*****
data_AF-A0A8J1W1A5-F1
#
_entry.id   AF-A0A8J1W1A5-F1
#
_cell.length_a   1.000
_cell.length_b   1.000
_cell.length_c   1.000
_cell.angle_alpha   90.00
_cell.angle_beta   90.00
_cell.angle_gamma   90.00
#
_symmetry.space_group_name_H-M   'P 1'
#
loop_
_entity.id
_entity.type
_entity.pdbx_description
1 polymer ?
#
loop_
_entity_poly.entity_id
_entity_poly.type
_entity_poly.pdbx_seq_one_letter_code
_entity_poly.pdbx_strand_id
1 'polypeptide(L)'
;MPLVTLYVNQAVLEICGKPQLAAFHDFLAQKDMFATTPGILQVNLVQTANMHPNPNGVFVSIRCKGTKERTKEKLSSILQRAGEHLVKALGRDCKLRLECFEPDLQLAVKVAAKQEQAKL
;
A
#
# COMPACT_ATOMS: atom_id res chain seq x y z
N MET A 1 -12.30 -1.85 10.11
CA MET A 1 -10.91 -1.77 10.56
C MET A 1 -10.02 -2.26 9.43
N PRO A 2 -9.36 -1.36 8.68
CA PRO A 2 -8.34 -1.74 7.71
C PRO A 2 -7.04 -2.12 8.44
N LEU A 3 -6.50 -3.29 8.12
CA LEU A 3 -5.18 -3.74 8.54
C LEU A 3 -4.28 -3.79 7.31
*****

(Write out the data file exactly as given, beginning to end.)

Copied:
data_AF-A0A8J1W1A5-F1
#
_entry.id   AF-A0A8J1W1A5-F1
#
_cell.length_a   1.000
_cell.length_b   1.000
_cell.length_c   1.000
_cell.angle_alpha   90.00
_cell.angle_beta   90.00
_cell.angle_gamma   90.00
#
_symmetry.space_group_name_H-M   'P 1'
#
loop_
_entity.id
_entity.type
_entity.pdbx_description
1 polymer ?
#
loop_
_entity_poly.entity_id
_entity_poly.type
_entity_poly.pdbx_seq_one_letter_code
_entity_poly.pdbx_strand_id
1 'polypeptide(L)'
;MPLVTLYVNQAVLEICGKPQLAAFHDFLAQKDMFATTPGILQVNLVQTANMHPNPNGVFVSIRCKGTKERTKEKLSSILQRAGEHLVKALGRDCKLRLECFEPDLQLAVKVAAKQEQAKL
;
A
#
# COMPACT_ATOMS: atom_id res chain seq x y z
N MET A 1 -12.30 -1.85 10.11
CA MET A 1 -10.91 -1.77 10.56
C MET A 1 -10.02 -2.26 9.43
N PRO A 2 -9.36 -1.36 8.68
CA PRO A 2 -8.34 -1.74 7.71
C PRO A 2 -7.04 -2.12 8.44
N LEU A 3 -6.50 -3.29 8.12
CA LEU A 3 -5.18 -3.74 8.54
C LEU A 3 -4.28 -3.79 7.31